Friday was like the last day of school before vacation. It was all anxious anticipation. The time ticked by so slowly! When the day finally ended, I headed over to Javits with Chuck to pick up our numbers at the Marathon expo. It was a nutty experience so we just grabbed our stuff and ran home. (Not literally, of course.)
Saturday was a lovely day. I let go. There was nothing to be done and I became completely relaxed. I had a lovely lunch with Mary, who was in New York because her husband also ran the Marathon, and then I went for a manicure and 15 minute chair massage. (I was so relaxed that on my way home that I completely spaced out and managed to fall flat on my face in the middle of Fifth Avenue.) My parents arrived from Rhode Island and we headed to the team dinner at Carmine’s.
It was an amazing night. Having everyone in one room was wonderful. And we were so lucky to have David Hyde Pierce come by to give us his support – and make a surprise (very generous) donation that brought our total team fundraising to $323,000! (I actually think we’re even higher than that now.) He gave a hilarious and charming speech that left the team feeling pretty great. (“The longest run I’ve ever done was Fraiser, for 11 years.”) Our coaches gave each other gifts, and we gave gifts to both of them, and then we pigged out on pasta for two hours.
And then there was nothing left to do but run the race.
Our bags were packed and we were ready to go. We jumped on the team bus just after 6 am and all of our favorite people were there. It felt like a party. It was hard to grasp what we were doing and why we were there. I know that sounds insane, but it’s true. It didn’t seem like the moment when 6 months of hard work were coming to fruition. It just felt like we were going on a road trip with a bunch of friends.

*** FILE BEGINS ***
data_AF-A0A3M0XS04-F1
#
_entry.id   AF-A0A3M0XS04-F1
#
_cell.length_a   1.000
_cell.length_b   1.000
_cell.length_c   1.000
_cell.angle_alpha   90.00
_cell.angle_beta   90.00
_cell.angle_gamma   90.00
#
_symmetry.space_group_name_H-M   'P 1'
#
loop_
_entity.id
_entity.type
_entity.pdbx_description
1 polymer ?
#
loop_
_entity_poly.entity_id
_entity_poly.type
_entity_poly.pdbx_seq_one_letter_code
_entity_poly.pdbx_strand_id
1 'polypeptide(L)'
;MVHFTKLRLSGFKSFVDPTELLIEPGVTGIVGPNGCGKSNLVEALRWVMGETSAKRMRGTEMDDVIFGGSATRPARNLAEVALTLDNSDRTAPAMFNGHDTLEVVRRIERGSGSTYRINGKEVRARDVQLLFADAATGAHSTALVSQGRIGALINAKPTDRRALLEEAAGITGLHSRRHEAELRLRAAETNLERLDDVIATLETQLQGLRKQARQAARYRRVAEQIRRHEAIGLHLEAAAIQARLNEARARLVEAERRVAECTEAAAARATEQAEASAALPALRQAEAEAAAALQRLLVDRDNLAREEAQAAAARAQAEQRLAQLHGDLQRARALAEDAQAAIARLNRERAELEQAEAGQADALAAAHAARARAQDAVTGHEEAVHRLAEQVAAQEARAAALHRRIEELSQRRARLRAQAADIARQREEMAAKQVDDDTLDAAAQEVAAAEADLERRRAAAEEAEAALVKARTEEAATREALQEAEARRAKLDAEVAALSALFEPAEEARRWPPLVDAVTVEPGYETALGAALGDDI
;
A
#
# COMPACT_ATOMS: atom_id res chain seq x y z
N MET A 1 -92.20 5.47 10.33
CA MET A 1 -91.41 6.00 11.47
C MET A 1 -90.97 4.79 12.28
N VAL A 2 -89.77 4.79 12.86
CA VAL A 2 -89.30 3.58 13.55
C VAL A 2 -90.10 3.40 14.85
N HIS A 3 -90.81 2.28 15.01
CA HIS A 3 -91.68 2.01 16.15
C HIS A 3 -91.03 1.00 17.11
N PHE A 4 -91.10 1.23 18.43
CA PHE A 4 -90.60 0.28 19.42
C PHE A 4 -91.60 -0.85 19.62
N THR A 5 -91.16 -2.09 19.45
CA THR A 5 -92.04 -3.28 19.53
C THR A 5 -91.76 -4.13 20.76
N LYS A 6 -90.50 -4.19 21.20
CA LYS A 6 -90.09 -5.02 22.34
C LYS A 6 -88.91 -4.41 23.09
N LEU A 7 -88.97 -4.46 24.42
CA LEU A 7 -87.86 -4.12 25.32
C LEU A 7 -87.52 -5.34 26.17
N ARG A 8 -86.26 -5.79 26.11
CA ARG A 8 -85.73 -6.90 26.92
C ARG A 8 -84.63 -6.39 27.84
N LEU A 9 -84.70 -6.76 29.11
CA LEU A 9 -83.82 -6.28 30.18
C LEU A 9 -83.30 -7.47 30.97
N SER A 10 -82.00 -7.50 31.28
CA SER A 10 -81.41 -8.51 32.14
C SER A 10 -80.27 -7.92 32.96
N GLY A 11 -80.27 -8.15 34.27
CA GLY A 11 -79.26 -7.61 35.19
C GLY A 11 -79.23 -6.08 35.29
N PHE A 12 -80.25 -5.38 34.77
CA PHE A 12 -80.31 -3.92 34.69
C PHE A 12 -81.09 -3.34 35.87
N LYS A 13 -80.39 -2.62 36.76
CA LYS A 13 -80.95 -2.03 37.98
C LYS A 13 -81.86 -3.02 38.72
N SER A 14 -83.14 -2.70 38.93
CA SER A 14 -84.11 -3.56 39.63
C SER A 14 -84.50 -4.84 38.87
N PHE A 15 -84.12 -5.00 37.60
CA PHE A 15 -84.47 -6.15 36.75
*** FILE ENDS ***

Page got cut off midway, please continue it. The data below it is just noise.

And then…a lot of waiting. Waiting in line to get into the waiting area. Waiting to get a bagel, waiting to use a port a john, waiting to just go! Finally the 9:40 group headed to the start, and then the 10:00; and then our turn.
I was still, at this point, without any real sense that I was about to run a marathon. I was just excited and happy with Chuck and my friends. When the starting gun goes off, it’s still not real. When they start playing “New York, New York,” I’m dancing and singing as we slowly approach the start line. And then we’re running over the Verrazano Bridge.
Chuck and I started alongside Sara, Tricia, and Jason. It was cold and windy on the bridge but I felt good. As I had feared, we were going a bit too fast for my pace, but it was hard to resist the urge. It was the excitement, necessarily, like so many people say; it was more the need to be with my team, to do this with the people I’ve been running with since June.
We got to Brooklyn, still feeling good. Suddenly there were a handful of people cheering us on, and then the crowds grew bigger and bigger. By the time we reached 4th Avenue, we’re in the middle of the biggest, best block party ever. How could we not get excited!? Plus, I knew that in a few miles I’d be seeing my parents and my friend Ami, so I couldn’t wait to get there.
These first miles were a blurry, wonderful dream. I didn’t even feel like I was running (!!!!!). Everything was smooth sailing. Still going to fast – I told Chuck and Sara at every mile marker – but I didn’t care.
We reached my parents and Ami – mile 7 – and I handed off my gloves and arm warmers because I was nice and toasty. A quick hello and we were off again. I started to feel it a bit after that, knowing that I wasn’t likely to see anyone again for many miles. But Fort Greene was an even crazier party and we happily moved on.